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DOF question
Old 07-18-2006, 09:01 PM   #1 (permalink)
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OK , by now most of you know I am questioning my camera , skills , luck etc. about how blurry I personally think my own images are .
So I was looking over old posts and found a link to a DOF calculator

I typed in Fuji S3 + 127mm( 85+1.5x) + f4.0 + 8ft. = dof of 7.91 to 8.09 ft.

IS THIS RIGHT ???
the area of 'sharpness' is about 2-3 inches ??
Heck , this would explain a lot !

if so even at 72mm(48+1.5x) DOF is only 18 inches ???

Am I just to dense for this to sink in ,or is the calculations off ??
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Re: DOF question
Old 07-18-2006, 10:26 PM   #2 (permalink)
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Actually, I think it's about 5 inches.
(assuming .2 CoC, 85mm focal length, F4.0, and 8 feet focus distance)
when you calc DoF, don't apply the multiplier for angle of view (magnification)
check this out:
http://www.photozone.de/3Technology/depth2.htm
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Re: DOF question
Old 07-18-2006, 10:42 PM   #3 (permalink)
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DOF is ~5 inches. Here's a link to an online calculator.

http://www.dofmaster.com/dofjs.html

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Re: DOF question
Old 07-18-2006, 11:04 PM   #4 (permalink)
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[Thanks for replying , I guess I don't need to keep blaming the camera for going bad.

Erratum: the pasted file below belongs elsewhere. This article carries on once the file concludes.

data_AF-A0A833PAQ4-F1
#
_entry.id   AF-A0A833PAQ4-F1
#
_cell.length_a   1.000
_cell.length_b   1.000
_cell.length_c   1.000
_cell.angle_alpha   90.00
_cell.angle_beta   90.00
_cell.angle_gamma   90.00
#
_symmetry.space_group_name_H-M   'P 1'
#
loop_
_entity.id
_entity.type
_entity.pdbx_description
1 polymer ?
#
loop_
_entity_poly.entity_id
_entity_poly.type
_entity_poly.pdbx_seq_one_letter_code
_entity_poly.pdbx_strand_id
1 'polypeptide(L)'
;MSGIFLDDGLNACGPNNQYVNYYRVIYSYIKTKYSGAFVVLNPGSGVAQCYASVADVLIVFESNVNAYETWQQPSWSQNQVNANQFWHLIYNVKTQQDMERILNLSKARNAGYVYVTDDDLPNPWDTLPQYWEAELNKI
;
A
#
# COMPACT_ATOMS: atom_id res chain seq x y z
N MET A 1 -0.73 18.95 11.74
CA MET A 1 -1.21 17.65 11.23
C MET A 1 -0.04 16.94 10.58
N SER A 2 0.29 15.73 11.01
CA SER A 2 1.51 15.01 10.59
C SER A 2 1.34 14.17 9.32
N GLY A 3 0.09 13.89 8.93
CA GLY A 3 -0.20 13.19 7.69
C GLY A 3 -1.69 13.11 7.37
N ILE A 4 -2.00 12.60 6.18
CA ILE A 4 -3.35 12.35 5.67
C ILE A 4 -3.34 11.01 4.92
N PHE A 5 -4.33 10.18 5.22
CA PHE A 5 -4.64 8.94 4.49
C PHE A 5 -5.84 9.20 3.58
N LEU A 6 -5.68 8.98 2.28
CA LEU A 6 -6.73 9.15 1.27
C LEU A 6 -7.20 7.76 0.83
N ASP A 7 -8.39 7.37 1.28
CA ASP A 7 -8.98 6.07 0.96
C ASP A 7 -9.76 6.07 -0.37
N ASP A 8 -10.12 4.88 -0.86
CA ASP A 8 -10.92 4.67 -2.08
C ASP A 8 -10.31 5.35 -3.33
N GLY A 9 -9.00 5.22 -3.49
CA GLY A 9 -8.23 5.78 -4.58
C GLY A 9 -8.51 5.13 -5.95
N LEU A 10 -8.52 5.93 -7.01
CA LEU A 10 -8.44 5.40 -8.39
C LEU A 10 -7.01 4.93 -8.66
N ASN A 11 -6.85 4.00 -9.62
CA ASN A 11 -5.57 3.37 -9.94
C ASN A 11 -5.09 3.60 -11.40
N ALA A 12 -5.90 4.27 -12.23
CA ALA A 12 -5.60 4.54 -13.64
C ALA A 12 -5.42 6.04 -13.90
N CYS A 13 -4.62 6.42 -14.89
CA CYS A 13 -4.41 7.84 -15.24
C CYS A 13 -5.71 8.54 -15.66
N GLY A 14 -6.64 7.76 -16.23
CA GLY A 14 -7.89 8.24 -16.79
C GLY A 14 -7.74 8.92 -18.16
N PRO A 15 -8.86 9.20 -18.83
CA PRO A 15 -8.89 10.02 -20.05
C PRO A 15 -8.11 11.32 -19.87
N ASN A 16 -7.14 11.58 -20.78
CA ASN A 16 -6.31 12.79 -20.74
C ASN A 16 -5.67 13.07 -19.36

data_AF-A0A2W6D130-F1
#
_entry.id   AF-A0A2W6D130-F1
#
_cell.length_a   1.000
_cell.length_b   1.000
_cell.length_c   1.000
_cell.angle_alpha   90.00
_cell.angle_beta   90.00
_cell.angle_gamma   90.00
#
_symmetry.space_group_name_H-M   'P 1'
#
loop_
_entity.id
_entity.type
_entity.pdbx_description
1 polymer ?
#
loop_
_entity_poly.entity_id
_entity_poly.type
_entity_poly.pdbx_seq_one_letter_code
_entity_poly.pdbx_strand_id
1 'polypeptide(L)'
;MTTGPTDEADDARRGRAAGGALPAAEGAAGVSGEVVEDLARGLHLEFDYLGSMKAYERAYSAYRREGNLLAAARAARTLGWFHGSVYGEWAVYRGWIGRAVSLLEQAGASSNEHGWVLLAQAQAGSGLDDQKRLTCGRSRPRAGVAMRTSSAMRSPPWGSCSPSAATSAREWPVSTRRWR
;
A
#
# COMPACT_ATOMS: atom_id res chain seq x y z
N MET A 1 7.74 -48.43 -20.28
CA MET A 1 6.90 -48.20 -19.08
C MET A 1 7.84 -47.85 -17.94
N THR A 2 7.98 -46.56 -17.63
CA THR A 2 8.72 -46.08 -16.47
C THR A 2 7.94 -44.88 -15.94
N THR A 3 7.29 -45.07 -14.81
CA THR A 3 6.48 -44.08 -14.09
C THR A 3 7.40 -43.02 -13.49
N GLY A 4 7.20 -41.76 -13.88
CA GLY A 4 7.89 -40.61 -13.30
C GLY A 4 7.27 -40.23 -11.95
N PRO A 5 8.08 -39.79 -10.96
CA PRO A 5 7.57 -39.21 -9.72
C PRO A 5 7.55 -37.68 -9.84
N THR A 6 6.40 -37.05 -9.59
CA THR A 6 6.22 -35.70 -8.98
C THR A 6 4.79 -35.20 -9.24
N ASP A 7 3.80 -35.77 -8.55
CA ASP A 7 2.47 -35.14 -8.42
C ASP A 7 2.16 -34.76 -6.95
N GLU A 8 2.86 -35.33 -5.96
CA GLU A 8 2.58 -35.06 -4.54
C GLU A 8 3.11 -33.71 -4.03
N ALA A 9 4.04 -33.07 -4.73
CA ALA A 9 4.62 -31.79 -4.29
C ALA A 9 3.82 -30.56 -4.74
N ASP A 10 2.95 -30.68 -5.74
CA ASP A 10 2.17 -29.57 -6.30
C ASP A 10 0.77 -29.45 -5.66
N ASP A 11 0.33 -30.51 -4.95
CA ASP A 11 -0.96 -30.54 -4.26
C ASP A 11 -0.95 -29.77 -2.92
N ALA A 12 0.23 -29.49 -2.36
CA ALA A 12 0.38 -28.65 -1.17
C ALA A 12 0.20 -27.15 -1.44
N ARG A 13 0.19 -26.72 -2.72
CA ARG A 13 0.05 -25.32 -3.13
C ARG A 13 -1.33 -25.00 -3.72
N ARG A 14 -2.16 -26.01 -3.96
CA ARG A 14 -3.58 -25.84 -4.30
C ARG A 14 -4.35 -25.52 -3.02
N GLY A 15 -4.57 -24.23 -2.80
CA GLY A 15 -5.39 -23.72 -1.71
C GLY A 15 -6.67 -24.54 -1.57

All this time it was just user error

5 inches isn't very good for keeping a person sharp !

Stan
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Re: DOF question
Old 07-18-2006, 11:11 PM   #5 (permalink)
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That was the one I found , but I used the 1.5x
still.... 3 or 5 inches is not good for any models ( I don't know any THAT thin )

I guess I would be better off shooting wider and getting MORE DOF and then crop the image closer
rather than zoom in and lose the DOF trying to get a close-up

Here I am blaming the equipment and all along it was the button pusher
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Re: DOF question
Old 07-18-2006, 11:24 PM   #6 (permalink)
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5 inches of DOF will get the whole face in focus from the nose to just in front of the ears, so it should be plenty. Here's ~3 inches, earlobe to eyelashes.



In most cases, if the eyes are sharp the viewer is less likely to notice softness in the other facial features.

If you're shooting with strobes, then you may want to make sure your camera is focused (or focusing) on what you think it is. Perhaps either the camera or lens has a focus calibration problem? If you're using available light then watch for camera shake, mirror slap, or the like.

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Re: DOF question
Old 07-18-2006, 11:50 PM   #7 (permalink)
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I assume that your image is probably near full size ( meaning you got in close at a medium Zoom ? )

where as I was using a 28-85 zoom from about 8ft away - neither full body or close-up

I have been blaming the equipment and such but I also took the uv/haze filter off for half the pics of the last shoot I did ( my newest theory )

I think I got good focus on most of those INCLUDING this one I took with natural light ( I am guessing at 1/20 and f 5.6 )
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Re: DOF question
Old 07-19-2006, 12:46 AM   #8 (permalink)